27
by skins r us (not verified) :: Fri, 09/16/2005 - 1:54pm

Brady's the best in the game easy. He uses pump fakes the best, he looks off safeties the best, and he calls better audibles at the line than any other qb (including manning).

28
by MJK (not verified) :: Fri, 09/16/2005 - 2:38pm

I actually disagree with #26. I think if you put other QB's on the Patriots over the past few years, they don't have as much success as Brady did. Whereas Brady MIGHT have as much success on some other teams as their actual QB's.

While the Patriots are talented, their talent comes mainly from their depth. Before the emergence of Deion Branch and Corey Dillon late last year, they really had no single star WR, or star RB. Instead, they got by by having a LOT of GOOD talent on offense--a decent O-line that could keep the pressure off for a little while and a lot of recievers that could sometimes get open and usually catch reliably. The pats moved the ball by using the passing game when the running game failed, and by having a lot of decent recievers on the field where one of them would get open and catch the ball. But that approach requires lightning quick (and good) decision making on the part of the QB, and extremely high precision passes, and coolness under pressure. I can't think of many QB's who possess those qualities to the degree that Brady does--Manning certainly, but maybe only one or two others. On the other hand, I suspect if you put Brady on a team with a stud WR or an elite corps of WR's (e.g. Randy Moss or the Harrison/Wayne/Stokley trio respectively), I don't see him performing any worse than those team's existing QB's.

29
by MJK (not verified) :: Fri, 09/16/2005 - 2:39pm

Just one other point. There are always teams that are not built for a certain style of QB. I don't think EITHER Manning or Brady would have much success one the Eagles or the Seahawks, since both of them would be frustrated by the alligator arms of the recievers there and neither are mobile enough to make up for that, like McNabb is. Conversely, I don't think Mcnabb has the decision making skills to succeed on the Patriots or the Colts.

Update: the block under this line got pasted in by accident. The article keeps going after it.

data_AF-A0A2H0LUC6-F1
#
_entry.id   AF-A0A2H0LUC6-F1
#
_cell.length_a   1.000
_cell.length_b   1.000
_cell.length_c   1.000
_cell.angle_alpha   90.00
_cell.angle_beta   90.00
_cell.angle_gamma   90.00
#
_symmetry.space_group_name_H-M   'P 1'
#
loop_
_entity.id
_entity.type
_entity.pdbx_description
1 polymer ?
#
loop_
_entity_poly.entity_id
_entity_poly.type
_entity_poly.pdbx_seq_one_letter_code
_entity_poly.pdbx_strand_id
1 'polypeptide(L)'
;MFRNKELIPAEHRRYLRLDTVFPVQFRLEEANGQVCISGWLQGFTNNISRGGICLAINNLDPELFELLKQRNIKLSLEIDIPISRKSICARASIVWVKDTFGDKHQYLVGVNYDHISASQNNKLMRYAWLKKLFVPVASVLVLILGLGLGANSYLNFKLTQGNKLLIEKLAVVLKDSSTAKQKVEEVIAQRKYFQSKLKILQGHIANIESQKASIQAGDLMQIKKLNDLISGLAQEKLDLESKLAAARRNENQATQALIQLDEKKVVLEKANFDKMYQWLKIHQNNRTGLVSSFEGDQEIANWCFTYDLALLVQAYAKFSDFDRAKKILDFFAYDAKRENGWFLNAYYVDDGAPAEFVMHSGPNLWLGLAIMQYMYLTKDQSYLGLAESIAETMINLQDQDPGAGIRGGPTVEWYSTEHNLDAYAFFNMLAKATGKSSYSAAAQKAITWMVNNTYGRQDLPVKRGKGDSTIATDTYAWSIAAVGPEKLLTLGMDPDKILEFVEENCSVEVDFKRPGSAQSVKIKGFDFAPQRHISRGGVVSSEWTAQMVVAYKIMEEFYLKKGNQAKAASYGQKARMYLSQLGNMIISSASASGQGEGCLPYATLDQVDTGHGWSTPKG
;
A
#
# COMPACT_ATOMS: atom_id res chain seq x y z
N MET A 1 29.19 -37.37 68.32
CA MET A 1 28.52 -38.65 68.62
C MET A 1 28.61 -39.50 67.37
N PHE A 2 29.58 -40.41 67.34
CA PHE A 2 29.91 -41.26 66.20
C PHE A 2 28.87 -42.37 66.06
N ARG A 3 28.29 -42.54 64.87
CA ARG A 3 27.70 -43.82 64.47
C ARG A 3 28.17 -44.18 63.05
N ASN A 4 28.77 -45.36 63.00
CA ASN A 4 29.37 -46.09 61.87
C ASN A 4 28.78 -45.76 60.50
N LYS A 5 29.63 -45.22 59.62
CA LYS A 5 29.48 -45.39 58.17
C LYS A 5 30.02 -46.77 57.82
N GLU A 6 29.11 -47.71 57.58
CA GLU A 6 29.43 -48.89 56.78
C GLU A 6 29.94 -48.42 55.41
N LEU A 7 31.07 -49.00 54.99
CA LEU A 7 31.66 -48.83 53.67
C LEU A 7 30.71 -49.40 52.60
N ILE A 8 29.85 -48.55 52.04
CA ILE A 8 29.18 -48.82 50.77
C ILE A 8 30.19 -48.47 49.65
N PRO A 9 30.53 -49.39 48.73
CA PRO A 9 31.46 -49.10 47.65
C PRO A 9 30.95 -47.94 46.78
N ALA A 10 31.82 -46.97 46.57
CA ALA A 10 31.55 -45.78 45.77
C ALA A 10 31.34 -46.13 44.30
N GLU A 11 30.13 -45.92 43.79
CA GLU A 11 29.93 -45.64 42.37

30
by djcolts (not verified) :: Fri, 09/16/2005 - 3:08pm

I'm a Colts fan, and I'm not impressed with Sehorn's analysis of the NFL at all. He was on an Indy sports talk show earlier this week, and he gave the wrong names for players, and he said that the Colts play a 2-gap defense when they play a 1-gap defense. So, considering the source, I'd say his comments about Brady vs. Manning lacks credibility.

31
by djcolts (not verified) :: Fri, 09/16/2005 - 3:10pm

He likes BULGER over Brady? Yikes - that's just nuts.

32
by pcs (not verified) :: Fri, 09/16/2005 - 4:03pm

Sounds like Sehorn musta ordered whatever Vanderjagt was drinking. Fool.

33
by TomC (not verified) :: Fri, 09/16/2005 - 4:32pm

Just once, I wish Tom Brady would quote Patrick Roy, when his detractors speak up.

Rick, thank you for bringing up one of the greatest comebacks in sports smack talk history. And I say that as a Blackhawks fan who, at the time, was big on the J.R. bandwagon.

34
by PatsFan (not verified) :: Fri, 09/16/2005 - 4:51pm

Re: #24 and #33

So for those of us who don't follow hockey that much, what exactly was the exchange between ??? and Roy?

35
by dryheat (not verified) :: Fri, 09/16/2005 - 4:58pm

re: #22

I think that's also a highly underrated part of Brady's game, and I think the last Super Bowl was a good example. The Man puts the ball in the perfect place for his receiver to make a play on it. Almost every time, in stride, in front of the receiver. He's a huge reason why Branch and Givens had one drop between them last year.

When people say the Manning is the better passer, what they really mean is that he throws for more yardage and touchdowns and is responsible for more big plays. Don't get me wrong, that's important. But I think it's more important to put the ball in the right place consistently.

By the way, this question made it to Dr. Z's mailbag today. He talked around it without answering.

36
by Earl (not verified) :: Fri, 09/16/2005 - 5:14pm

Jeremy Roenick made some disparaging comments about Roy, saying he wasn't as good as he used to be, etc. Roy responded (to the media) with "I can't hear him. My two Stanley Cup rings are clogging up my ears."

37
by Ryan Mc (not verified) :: Fri, 09/16/2005 - 5:52pm

The thing I respect most about Brady, and which in my opinion makes him a great player, is he's smart enough not to try to win games by himself.

Example: that first Superbowl win against the Rams. Brady didn't light it up, but his D was having a great game, so he just didn't do anything crazy (like Brett Favre did in the playoffs that year versus the Rams, throwing 6 (!) INTs) The Pats only scored one offensive TD and that was late in the first half.

Bledsoe would have gone crazy by that stage, tried to force something and given up a big INT/fumble return to the Rams.

So basically, what I respect most about Brady is he realizes that 44 other teammates are also trying to win and if he just does his job then they probably will.